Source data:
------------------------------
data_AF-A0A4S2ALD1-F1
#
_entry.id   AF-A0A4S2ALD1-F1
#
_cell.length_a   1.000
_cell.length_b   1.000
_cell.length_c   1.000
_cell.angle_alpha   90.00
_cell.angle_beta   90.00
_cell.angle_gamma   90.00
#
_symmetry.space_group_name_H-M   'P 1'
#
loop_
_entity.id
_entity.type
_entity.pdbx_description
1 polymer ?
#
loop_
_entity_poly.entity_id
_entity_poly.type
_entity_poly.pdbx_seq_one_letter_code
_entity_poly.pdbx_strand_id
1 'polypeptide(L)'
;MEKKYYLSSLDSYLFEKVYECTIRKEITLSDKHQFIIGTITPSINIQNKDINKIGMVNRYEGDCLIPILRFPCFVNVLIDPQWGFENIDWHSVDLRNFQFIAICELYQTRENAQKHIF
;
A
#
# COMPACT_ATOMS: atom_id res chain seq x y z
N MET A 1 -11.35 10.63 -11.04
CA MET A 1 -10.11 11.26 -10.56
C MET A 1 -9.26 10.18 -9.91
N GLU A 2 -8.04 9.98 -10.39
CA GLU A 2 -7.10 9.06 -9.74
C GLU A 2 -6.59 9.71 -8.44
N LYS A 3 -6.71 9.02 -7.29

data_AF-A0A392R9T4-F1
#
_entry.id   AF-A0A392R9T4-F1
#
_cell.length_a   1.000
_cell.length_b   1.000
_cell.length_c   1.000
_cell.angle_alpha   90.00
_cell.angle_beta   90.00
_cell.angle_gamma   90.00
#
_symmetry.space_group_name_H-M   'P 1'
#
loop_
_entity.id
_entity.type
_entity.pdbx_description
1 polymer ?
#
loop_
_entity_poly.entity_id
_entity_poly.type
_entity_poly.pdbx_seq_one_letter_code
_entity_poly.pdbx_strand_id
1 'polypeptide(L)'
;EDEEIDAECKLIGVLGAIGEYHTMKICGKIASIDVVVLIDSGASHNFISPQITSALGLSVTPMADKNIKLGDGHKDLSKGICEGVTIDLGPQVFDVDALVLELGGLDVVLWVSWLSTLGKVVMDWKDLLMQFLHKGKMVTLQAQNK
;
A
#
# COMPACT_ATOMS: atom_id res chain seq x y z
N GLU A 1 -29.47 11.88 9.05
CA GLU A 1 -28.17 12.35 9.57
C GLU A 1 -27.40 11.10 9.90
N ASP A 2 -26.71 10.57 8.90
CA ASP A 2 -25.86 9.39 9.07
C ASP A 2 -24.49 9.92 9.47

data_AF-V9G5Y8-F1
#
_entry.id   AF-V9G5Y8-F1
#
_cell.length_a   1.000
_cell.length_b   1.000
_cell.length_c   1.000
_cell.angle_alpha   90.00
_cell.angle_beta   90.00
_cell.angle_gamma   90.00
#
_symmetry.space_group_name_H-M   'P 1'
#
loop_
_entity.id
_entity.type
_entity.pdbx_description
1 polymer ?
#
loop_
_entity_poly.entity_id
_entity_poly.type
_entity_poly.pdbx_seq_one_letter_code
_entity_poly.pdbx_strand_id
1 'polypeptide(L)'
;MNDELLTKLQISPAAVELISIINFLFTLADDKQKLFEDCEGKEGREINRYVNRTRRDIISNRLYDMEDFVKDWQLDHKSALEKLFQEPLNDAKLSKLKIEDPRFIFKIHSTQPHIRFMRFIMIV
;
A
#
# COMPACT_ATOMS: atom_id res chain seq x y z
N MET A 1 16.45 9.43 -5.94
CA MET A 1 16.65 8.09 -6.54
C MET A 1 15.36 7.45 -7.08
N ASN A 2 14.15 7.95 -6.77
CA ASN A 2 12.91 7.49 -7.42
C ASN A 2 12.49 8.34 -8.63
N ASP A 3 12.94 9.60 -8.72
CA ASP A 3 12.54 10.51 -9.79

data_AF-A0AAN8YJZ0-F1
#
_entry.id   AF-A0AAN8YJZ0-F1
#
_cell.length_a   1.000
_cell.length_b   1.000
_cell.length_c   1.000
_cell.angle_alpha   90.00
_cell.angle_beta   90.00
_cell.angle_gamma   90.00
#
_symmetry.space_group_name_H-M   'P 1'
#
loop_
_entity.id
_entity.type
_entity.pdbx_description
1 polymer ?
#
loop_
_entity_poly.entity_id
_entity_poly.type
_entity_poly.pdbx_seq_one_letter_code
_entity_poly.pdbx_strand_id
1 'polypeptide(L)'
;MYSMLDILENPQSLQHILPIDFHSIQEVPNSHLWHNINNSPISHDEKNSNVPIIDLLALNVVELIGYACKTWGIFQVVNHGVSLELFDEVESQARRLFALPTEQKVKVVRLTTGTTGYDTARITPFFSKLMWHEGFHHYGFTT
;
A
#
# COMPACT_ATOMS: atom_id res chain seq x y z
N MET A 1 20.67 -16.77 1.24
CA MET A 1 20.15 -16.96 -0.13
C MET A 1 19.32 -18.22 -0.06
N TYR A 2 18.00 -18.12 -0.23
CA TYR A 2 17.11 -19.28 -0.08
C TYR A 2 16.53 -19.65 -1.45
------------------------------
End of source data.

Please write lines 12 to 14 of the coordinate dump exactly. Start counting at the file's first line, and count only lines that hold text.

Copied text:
_symmetry.space_group_name_H-M   'P 1'
#
loop_